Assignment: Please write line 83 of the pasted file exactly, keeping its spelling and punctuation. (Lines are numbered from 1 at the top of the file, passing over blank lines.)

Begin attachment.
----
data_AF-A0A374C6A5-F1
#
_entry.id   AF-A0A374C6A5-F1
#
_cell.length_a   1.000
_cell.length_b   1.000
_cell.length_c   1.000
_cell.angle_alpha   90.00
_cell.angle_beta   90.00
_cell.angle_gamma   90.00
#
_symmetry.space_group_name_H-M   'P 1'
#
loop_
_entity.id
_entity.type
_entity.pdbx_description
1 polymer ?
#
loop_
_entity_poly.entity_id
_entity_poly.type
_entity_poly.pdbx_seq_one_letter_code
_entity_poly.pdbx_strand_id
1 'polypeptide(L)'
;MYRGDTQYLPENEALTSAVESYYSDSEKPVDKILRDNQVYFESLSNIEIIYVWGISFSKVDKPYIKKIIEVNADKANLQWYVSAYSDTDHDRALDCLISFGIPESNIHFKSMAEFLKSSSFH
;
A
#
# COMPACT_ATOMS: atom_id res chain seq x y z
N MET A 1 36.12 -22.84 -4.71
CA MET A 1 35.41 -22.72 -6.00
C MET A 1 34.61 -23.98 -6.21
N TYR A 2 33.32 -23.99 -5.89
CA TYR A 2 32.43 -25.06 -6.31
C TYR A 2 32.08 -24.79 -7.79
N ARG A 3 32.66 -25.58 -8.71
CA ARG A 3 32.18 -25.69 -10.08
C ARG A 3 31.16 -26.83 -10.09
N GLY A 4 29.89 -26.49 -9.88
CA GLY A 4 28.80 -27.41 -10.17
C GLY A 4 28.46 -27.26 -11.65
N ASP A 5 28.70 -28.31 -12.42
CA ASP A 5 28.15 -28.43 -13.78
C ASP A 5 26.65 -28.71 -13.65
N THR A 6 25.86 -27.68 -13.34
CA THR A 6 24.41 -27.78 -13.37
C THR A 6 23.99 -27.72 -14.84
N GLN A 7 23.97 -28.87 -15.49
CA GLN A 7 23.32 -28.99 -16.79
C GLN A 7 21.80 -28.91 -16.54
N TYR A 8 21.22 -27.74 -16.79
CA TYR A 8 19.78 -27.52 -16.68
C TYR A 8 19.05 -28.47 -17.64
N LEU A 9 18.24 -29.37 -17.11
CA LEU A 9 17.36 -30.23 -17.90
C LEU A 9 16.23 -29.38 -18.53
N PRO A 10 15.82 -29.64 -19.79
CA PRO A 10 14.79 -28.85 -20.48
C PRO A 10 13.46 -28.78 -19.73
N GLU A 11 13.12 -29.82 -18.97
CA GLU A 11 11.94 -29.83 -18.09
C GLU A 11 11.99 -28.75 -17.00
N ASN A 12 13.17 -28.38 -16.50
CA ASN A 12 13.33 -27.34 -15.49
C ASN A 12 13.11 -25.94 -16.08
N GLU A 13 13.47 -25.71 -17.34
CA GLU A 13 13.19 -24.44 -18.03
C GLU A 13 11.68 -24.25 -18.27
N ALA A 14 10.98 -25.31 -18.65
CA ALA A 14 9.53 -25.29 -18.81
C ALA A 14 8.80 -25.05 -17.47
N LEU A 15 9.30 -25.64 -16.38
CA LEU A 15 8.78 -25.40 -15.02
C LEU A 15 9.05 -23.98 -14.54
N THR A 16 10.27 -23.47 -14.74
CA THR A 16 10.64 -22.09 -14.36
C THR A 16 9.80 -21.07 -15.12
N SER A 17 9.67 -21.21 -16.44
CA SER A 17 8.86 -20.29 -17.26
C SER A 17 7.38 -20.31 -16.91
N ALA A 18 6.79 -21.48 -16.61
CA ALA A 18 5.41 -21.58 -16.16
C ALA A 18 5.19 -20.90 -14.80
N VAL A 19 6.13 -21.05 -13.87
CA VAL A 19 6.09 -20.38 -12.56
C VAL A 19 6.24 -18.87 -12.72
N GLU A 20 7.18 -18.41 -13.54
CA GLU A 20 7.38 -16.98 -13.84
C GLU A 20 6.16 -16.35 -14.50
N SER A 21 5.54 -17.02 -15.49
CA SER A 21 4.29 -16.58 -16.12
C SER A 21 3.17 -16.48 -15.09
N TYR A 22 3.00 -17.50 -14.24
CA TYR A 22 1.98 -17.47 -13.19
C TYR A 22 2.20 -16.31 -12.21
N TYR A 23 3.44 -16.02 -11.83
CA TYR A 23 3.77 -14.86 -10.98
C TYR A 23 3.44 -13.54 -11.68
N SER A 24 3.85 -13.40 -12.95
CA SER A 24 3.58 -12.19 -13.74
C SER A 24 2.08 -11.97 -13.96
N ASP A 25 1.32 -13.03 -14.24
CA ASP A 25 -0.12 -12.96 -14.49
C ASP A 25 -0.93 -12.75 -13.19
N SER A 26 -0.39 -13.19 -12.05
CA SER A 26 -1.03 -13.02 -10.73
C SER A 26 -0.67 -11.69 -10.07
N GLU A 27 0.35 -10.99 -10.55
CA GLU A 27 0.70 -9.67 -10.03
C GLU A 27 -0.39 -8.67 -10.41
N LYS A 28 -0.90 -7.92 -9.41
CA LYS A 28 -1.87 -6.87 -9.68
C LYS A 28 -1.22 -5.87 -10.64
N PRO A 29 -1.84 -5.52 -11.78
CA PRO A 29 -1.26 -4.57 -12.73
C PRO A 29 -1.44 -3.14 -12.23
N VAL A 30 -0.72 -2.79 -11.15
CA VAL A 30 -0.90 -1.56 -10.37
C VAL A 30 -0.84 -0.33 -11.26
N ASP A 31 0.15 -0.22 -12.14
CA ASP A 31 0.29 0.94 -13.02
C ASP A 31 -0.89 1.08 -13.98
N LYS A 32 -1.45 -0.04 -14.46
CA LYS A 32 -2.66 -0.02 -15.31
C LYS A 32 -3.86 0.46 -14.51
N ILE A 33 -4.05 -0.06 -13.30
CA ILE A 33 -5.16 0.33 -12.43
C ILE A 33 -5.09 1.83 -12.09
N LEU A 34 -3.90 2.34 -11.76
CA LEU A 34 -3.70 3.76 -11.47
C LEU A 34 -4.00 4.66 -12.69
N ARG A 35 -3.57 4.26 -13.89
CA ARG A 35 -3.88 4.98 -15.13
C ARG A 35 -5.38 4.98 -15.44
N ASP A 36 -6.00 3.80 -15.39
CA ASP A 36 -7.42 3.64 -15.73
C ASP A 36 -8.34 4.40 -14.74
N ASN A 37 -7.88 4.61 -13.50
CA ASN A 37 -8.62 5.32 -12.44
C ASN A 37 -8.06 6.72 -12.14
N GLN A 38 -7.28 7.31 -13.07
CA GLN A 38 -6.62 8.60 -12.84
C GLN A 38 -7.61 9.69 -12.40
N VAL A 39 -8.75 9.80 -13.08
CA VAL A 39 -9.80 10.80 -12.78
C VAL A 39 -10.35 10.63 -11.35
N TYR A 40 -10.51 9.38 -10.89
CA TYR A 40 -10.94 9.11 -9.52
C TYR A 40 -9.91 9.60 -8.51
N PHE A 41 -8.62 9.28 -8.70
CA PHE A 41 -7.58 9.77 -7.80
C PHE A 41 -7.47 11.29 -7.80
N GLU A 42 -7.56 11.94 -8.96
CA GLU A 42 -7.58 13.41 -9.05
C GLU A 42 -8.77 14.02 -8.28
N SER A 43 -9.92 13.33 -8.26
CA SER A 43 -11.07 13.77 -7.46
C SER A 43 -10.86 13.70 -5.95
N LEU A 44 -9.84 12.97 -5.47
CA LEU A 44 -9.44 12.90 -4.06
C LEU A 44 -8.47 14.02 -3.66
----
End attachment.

CA ALA A 18 5.41 -21.58 -16.16